This might be a good place for a statement of personal interest: I resigned from the Examiner last October after an 18-year skein, five as the television critic, 13 as a news columnist. I won the usual passel of awards and, according to the Examiner's market surveys, spent most of my career as the readers' favorite columnist.
I mention this to show that I am not a disgruntled, low-level employee whose criticisms management usually brushes off as sour grapes.
Not that my grapes aren't sour. They're vinegar. Though resigning as an Examiner columnist cost me a good salary, connection to bright readers and the sweet opportunity to write regularly about one of the most inspiring cities in the world -- not to mention a fine dental plan -- I finally quit because the JOA was driving me mad.
I wanted out of the distorted, artificial atmosphere created by the JOA's life-sucking "life support" system. The JOA has deprived the Examiner of the need to earn its own survival: No matter what the Examiner does editorially, good or bad, Chronicle dollars keep it afloat.
Like a nonprofit agency with a guaranteed income and no real-world yardstick to measure success, the Examiner has become less concerned with its original mission -- the practice of popular journalism -- than with internal court politics. Staffers soon learn that talent is not as important as bussing the correct posteriors, because the Examiner doesn't need anybody. No matter how good a writer, photographer or artist you are, the Examiner can still come in last without you.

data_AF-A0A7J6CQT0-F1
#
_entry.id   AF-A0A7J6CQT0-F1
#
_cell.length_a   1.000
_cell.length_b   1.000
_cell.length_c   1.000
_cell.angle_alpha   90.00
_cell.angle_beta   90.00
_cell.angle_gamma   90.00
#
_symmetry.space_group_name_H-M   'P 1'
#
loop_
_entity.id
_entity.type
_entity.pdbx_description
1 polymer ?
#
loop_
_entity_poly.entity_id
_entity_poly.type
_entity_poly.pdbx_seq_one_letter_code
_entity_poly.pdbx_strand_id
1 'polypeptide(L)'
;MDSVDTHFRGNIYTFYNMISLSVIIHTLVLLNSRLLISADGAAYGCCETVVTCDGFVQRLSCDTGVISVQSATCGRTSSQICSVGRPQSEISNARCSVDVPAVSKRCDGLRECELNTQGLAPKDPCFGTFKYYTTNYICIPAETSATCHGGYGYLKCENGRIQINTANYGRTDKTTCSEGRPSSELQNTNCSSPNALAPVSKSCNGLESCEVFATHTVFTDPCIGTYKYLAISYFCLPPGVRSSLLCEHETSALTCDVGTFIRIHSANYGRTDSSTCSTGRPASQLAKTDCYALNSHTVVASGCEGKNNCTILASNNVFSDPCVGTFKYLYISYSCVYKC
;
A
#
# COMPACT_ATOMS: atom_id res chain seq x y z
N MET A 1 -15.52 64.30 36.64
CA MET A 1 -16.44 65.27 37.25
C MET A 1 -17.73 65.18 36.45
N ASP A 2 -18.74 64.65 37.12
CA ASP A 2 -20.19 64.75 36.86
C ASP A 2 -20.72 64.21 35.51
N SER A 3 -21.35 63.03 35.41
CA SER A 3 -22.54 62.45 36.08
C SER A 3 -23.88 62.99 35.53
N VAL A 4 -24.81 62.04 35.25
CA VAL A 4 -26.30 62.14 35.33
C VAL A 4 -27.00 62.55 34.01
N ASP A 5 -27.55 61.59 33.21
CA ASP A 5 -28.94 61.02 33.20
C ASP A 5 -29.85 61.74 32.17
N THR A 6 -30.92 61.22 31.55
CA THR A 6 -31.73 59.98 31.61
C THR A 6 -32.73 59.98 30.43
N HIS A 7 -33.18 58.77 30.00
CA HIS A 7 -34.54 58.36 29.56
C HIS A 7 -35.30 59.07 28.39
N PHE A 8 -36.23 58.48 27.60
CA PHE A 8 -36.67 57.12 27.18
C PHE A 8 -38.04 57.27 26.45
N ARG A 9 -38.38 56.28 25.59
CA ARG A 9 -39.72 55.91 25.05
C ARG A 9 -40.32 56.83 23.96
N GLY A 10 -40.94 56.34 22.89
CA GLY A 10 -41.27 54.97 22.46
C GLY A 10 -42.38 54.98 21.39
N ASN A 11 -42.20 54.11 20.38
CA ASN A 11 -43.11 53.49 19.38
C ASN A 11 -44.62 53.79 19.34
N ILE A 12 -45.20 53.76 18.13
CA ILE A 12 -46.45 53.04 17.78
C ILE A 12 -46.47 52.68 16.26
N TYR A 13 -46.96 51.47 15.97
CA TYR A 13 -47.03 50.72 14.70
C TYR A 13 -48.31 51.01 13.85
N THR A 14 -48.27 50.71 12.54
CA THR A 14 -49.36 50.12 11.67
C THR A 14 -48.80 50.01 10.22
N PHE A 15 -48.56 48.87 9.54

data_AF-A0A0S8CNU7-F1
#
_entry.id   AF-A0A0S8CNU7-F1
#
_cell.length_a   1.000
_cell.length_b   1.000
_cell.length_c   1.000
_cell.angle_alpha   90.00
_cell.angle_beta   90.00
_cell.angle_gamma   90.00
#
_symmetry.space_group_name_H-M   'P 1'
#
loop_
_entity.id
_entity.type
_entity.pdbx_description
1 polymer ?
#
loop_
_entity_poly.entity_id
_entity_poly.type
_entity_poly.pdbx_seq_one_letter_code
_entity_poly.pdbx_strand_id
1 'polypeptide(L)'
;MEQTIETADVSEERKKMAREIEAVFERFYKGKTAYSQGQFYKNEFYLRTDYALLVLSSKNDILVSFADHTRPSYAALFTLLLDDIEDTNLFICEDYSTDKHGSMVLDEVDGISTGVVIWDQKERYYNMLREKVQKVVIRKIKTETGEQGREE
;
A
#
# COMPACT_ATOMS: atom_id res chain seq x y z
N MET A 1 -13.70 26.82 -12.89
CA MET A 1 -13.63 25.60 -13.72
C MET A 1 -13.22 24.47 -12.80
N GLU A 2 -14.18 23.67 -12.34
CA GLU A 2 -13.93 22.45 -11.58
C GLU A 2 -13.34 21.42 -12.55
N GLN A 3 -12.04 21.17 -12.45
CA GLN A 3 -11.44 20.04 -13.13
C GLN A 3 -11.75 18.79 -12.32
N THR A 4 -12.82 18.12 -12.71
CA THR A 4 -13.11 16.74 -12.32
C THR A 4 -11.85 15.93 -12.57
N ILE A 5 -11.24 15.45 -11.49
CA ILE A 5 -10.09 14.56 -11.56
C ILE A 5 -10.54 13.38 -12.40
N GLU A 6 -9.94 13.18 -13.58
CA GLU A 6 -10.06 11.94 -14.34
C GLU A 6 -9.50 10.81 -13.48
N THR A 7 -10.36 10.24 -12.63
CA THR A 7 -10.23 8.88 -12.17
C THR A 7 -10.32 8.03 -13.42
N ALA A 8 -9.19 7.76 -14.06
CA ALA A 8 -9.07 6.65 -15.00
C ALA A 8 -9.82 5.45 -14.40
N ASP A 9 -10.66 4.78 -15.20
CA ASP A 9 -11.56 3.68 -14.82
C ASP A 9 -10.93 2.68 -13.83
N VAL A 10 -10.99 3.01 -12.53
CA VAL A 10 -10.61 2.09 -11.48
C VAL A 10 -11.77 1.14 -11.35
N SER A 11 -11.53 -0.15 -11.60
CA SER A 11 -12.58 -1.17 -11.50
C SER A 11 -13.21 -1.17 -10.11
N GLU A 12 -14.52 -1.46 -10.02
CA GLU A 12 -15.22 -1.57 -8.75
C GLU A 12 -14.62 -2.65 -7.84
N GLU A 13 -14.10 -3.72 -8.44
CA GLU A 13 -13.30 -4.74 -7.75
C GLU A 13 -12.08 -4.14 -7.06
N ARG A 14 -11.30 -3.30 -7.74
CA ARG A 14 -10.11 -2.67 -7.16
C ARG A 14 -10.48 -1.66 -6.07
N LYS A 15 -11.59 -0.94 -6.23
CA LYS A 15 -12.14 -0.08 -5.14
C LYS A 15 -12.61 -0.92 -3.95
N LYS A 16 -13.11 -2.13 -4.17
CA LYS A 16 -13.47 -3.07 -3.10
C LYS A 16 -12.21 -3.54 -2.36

By the same token, over the years I passed up the occasional chances I had to join the Chronicle because I was not convinced the institution is a positive force in Northern California.
I'm cleanly qualified to comment on both newspapers: All my bridges are burned.
The Chronicle is owned locally by the de Young-Thieriot family. The Examiner, the first paper in the empire created by William Randolph Hearst, is owned by the New York-based Hearst Corporation.
Under the Joint Operating Agreement that turns 30 this year, the papers split their combined income down the middle. The 550,000-circulation Chronicle and the 100,000-circulation Examiner make the same money.
This is the part the Chronicle hates.
Before the JOA began in 1965, both newspapers enjoyed daily circulations of about 300,000 and were published head to head in the morning. At the time, many successful metropolitan papers were published in the afternoon. Today, almost none are.
The upstart Chronicle had lagged behind Hearst's mighty Examiner for decades, but under Editor Scott Newhall the Chronicle rode a fast-rising crest of popularity fueled by fun, foamy, Frisco-flavored stories. Though today's caf rats think San Francisco just recently discovered coffee-mania, one of Newhall's great successes at the '50s Chronicle was a civic campaign kicked off under the headline, "Great City Forced to Drink Swill."